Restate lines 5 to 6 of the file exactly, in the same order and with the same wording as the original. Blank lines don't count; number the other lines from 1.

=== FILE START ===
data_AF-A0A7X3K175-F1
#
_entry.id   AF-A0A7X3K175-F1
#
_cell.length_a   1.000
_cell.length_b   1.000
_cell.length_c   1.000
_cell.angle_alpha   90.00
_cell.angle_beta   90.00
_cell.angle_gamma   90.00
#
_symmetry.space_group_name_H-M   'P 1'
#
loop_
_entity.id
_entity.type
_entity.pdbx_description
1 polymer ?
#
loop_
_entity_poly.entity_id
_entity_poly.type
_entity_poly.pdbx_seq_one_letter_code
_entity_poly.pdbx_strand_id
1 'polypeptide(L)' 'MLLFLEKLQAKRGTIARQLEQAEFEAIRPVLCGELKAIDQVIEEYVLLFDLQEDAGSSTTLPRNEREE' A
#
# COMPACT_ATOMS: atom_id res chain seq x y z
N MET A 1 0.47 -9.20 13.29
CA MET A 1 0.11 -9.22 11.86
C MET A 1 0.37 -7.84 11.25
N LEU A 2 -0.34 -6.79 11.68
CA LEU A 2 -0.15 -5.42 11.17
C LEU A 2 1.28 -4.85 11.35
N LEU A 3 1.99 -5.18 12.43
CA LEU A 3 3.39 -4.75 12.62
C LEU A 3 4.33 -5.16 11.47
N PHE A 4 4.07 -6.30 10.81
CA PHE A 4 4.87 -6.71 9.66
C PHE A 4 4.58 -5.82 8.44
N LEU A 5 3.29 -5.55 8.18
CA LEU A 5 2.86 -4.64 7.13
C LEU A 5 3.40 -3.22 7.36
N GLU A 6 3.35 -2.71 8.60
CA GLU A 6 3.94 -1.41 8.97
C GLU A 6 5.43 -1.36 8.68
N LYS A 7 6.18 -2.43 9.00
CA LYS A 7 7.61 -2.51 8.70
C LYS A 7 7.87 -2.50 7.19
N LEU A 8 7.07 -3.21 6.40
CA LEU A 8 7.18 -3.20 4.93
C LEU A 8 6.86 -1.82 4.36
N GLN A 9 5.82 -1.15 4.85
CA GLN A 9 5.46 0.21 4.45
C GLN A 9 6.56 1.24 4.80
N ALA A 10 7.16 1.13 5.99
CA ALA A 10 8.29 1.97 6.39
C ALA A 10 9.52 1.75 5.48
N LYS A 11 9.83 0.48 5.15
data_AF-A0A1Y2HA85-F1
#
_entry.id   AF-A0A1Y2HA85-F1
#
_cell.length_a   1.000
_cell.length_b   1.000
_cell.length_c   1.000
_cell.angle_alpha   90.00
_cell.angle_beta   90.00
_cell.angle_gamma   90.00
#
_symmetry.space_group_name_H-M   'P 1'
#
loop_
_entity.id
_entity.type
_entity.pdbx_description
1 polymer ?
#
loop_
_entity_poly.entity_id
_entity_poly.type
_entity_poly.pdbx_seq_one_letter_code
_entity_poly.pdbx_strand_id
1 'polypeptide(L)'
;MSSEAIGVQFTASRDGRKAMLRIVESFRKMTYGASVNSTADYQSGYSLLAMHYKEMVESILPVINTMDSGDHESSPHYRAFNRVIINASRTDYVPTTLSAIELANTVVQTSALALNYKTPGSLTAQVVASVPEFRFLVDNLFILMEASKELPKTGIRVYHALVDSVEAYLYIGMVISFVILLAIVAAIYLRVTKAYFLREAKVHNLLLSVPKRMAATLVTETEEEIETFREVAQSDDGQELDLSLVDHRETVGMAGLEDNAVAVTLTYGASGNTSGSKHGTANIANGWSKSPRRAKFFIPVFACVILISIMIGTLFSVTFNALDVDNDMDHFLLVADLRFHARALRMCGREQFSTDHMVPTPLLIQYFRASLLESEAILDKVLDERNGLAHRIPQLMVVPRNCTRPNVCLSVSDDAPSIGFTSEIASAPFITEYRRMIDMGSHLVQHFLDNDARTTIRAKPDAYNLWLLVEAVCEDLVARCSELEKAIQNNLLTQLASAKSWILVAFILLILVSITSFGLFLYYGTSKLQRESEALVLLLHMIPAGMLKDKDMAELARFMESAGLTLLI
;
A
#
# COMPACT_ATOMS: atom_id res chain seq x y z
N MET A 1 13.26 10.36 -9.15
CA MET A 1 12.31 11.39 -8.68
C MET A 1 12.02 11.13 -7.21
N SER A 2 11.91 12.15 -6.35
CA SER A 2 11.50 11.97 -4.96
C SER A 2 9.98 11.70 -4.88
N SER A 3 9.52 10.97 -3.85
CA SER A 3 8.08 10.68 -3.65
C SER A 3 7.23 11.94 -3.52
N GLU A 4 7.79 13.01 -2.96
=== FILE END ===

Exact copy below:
_cell.length_a   1.000
_cell.length_b   1.000